Cardiac Allograft Vasculopathy: What We Know in 2016

Nisha A. Gilotra, Ike S. Okwuosa, Stuart Russell

Research output: Contribution to journalArticlepeer-review

1 Scopus citations


Cardiac allograft vasculopathy (CAV) is an immune and nonimmune-mediated process in which heart transplantation patients develop neointimal proliferative hyperplasia of the coronary arteries, typically starting distally and resulting in diffuse luminal narrowing. Risk factors include traditional coronary risk factors often resulting from side effects of immunosuppressive drugs, infection by cytomegalovirus and rejection, particularly antibody-mediated. Despite the advent of effective immunosuppression, CAV remains the primary cause of long-term mortality for heart transplant recipients. Patients undergo routine protocol surveillance for CAV after transplant, and various noninvasive and invasive diagnostic approaches can be employed in suspected CAV. Therapy is aimed primarily at prevention, given the incurable nature of CAV. The mainstay preventive therapies include statins and anti-proliferative immunosuppressive agents. In patients who develop CAV, treatment includes percutaneous coronary intervention and even retransplantation as CAV can result in irreversible systolic dysfunction and/or restrictive cardiomyopathy. This critical review aims to summarize our current knowledge of risk factors, diagnostic strategies, and therapy for CAV in heart transplant patients.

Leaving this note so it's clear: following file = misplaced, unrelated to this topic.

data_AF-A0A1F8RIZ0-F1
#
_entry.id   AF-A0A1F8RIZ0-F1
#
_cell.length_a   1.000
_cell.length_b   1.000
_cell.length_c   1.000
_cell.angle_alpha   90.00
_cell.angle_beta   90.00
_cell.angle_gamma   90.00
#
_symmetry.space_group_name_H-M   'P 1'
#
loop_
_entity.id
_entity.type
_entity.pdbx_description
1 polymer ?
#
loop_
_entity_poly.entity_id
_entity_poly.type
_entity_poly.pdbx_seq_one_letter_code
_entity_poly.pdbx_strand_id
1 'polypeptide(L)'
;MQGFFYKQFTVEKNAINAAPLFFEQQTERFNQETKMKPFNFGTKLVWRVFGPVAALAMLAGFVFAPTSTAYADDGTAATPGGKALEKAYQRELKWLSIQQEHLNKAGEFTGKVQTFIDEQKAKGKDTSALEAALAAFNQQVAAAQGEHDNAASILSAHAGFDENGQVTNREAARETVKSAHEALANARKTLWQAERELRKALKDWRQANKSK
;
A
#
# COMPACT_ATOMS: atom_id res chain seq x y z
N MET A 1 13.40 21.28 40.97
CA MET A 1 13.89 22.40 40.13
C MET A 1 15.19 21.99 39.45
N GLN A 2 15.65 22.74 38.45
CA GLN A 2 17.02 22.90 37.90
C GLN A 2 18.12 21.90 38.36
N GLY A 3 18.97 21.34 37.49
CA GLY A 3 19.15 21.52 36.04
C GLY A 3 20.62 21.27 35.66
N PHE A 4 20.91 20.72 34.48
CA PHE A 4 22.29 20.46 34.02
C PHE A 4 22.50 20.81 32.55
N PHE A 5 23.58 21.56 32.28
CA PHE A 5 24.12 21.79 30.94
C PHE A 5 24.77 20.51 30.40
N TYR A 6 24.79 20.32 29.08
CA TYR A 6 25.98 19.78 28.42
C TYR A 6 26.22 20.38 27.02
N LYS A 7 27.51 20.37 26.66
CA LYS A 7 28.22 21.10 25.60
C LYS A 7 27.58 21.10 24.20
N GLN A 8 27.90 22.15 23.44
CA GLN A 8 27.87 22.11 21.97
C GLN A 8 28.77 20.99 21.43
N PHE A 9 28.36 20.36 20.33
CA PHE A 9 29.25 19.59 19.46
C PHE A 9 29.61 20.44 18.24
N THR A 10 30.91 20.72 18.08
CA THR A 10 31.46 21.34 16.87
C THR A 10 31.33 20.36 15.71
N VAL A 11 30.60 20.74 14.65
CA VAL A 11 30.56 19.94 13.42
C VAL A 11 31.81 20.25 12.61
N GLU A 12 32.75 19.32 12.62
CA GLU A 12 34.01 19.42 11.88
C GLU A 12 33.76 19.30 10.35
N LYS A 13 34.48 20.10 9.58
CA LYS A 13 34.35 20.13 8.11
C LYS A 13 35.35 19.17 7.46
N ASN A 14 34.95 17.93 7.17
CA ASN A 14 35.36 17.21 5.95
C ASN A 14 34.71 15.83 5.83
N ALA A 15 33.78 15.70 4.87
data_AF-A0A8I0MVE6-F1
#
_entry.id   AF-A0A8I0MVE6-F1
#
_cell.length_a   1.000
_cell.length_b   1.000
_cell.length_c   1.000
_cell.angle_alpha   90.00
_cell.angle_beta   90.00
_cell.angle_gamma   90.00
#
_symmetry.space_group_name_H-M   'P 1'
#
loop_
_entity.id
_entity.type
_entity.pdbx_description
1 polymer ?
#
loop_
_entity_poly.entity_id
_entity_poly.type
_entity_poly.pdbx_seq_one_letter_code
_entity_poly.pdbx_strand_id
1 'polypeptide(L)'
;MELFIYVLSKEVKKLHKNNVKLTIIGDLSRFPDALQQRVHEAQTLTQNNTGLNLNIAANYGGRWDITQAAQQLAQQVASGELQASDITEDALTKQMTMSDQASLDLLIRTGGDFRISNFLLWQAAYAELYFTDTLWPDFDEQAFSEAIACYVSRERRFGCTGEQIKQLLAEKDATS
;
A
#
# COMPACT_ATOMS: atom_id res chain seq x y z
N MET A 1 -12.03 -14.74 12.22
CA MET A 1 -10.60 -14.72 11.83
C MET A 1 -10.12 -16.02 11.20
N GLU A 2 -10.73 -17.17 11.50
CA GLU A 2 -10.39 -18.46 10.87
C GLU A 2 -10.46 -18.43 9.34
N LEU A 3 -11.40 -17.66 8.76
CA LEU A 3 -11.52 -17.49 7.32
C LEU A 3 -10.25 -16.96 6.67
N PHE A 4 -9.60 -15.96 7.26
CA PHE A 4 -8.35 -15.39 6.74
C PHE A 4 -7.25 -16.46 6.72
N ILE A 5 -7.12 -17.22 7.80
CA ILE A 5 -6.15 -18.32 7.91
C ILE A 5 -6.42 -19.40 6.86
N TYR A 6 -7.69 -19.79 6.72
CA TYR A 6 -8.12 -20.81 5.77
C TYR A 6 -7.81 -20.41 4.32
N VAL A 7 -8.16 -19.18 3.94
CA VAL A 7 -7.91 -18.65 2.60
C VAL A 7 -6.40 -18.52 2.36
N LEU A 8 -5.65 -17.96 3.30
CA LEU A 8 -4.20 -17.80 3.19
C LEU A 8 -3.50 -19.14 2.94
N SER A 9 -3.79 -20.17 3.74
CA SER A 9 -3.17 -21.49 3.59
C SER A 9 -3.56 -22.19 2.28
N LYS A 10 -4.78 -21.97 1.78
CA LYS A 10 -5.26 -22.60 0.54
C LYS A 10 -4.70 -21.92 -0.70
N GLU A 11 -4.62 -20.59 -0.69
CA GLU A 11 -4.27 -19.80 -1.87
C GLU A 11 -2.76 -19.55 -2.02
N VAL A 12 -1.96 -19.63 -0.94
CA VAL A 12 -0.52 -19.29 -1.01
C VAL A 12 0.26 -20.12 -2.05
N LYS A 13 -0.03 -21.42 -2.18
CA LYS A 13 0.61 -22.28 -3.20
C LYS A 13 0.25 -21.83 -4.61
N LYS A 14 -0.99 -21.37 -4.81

Original languageEnglish (US)
Pages (from-to)175-184
Number of pages10
JournalCurrent Transplantation Reports
Issue number3
StatePublished - Sep 1 2016


  • Allograft vasculopathy
  • Coronary artery disease
  • Heart transplantation
  • IVUS
  • Rejection
  • Retransplantation

ASJC Scopus subject areas

  • Transplantation
  • Surgery
  • Hepatology
  • Nephrology
  • Immunology


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